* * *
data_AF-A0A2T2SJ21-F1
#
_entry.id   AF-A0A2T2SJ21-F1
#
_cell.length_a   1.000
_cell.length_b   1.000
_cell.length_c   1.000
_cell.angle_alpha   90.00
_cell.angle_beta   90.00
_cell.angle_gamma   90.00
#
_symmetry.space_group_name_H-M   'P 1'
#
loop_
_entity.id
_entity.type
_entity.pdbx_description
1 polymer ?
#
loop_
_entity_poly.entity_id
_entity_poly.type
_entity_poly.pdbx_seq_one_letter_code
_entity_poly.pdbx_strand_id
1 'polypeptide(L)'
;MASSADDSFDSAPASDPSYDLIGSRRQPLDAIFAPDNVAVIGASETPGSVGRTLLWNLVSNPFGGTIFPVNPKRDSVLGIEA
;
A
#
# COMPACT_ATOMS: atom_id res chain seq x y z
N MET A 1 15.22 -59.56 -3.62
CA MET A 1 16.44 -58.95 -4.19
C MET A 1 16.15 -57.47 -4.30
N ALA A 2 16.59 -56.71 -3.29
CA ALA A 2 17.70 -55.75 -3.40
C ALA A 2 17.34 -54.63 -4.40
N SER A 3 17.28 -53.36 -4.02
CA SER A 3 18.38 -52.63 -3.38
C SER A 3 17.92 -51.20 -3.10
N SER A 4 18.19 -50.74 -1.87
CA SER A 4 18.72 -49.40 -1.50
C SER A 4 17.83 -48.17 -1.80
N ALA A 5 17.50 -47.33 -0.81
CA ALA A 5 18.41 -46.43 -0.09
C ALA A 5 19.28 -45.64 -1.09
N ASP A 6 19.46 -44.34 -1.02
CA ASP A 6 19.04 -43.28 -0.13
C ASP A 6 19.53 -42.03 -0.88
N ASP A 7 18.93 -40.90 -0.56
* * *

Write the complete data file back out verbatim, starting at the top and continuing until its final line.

data_AF-A0A2T2SJ21-F1
#
_entry.id   AF-A0A2T2SJ21-F1
#
_cell.length_a   1.000
_cell.length_b   1.000
_cell.length_c   1.000
_cell.angle_alpha   90.00
_cell.angle_beta   90.00
_cell.angle_gamma   90.00
#
_symmetry.space_group_name_H-M   'P 1'
#
loop_
_entity.id
_entity.type
_entity.pdbx_description
1 polymer ?
#
loop_
_entity_poly.entity_id
_entity_poly.type
_entity_poly.pdbx_seq_one_letter_code
_entity_poly.pdbx_strand_id
1 'polypeptide(L)'
;MASSADDSFDSAPASDPSYDLIGSRRQPLDAIFAPDNVAVIGASETPGSVGRTLLWNLVSNPFGGTIFPVNPKRDSVLGIEA
;
A
#
# COMPACT_ATOMS: atom_id res chain seq x y z
N MET A 1 15.22 -59.56 -3.62
CA MET A 1 16.44 -58.95 -4.19
C MET A 1 16.15 -57.47 -4.30
N ALA A 2 16.59 -56.71 -3.29
CA ALA A 2 17.70 -55.75 -3.40
C ALA A 2 17.34 -54.63 -4.40
N SER A 3 17.28 -53.36 -4.02
CA SER A 3 18.38 -52.63 -3.38
C SER A 3 17.92 -51.20 -3.10
N SER A 4 18.19 -50.74 -1.87
CA SER A 4 18.72 -49.40 -1.50
C SER A 4 17.83 -48.17 -1.80
N ALA A 5 17.50 -47.33 -0.81
CA ALA A 5 18.41 -46.43 -0.09
C ALA A 5 19.28 -45.64 -1.09
N ASP A 6 19.46 -44.34 -1.02
CA ASP A 6 19.04 -43.28 -0.13
C ASP A 6 19.53 -42.03 -0.88
N ASP A 7 18.93 -40.90 -0.56